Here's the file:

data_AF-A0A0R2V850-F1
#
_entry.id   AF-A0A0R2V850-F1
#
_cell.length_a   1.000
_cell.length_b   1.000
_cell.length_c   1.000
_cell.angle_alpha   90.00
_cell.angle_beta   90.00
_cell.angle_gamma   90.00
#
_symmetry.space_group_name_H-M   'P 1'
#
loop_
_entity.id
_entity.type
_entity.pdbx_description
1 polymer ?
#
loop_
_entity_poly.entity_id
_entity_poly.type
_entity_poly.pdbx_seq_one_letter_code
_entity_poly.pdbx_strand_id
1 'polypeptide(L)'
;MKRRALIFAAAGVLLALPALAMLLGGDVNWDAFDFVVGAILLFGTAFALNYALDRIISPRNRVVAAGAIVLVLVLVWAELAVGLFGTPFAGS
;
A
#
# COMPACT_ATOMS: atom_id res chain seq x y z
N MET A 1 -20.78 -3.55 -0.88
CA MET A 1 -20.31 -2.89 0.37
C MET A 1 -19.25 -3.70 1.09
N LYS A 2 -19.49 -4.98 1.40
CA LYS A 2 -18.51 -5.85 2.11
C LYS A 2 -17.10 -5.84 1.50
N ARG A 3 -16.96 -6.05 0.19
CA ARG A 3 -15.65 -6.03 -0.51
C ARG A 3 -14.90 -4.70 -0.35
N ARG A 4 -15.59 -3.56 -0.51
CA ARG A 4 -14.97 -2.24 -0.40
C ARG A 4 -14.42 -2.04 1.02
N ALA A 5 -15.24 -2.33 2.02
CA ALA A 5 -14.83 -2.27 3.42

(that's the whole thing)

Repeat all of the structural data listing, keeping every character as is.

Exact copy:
data_AF-A0A0R2V850-F1
#
_entry.id   AF-A0A0R2V850-F1
#
_cell.length_a   1.000
_cell.length_b   1.000
_cell.length_c   1.000
_cell.angle_alpha   90.00
_cell.angle_beta   90.00
_cell.angle_gamma   90.00
#
_symmetry.space_group_name_H-M   'P 1'
#
loop_
_entity.id
_entity.type
_entity.pdbx_description
1 polymer ?
#
loop_
_entity_poly.entity_id
_entity_poly.type
_entity_poly.pdbx_seq_one_letter_code
_entity_poly.pdbx_strand_id
1 'polypeptide(L)'
;MKRRALIFAAAGVLLALPALAMLLGGDVNWDAFDFVVGAILLFGTAFALNYALDRIISPRNRVVAAGAIVLVLVLVWAELAVGLFGTPFAGS
;
A
#
# COMPACT_ATOMS: atom_id res chain seq x y z
N MET A 1 -20.78 -3.55 -0.88
CA MET A 1 -20.31 -2.89 0.37
C MET A 1 -19.25 -3.70 1.09
N LYS A 2 -19.49 -4.98 1.40
CA LYS A 2 -18.51 -5.85 2.11
C LYS A 2 -17.10 -5.84 1.50
N ARG A 3 -16.96 -6.05 0.19
CA ARG A 3 -15.65 -6.03 -0.51
C ARG A 3 -14.90 -4.70 -0.35
N ARG A 4 -15.59 -3.56 -0.51
CA ARG A 4 -14.97 -2.24 -0.40
C ARG A 4 -14.42 -2.04 1.02
N ALA A 5 -15.24 -2.33 2.02
CA ALA A 5 -14.83 -2.27 3.42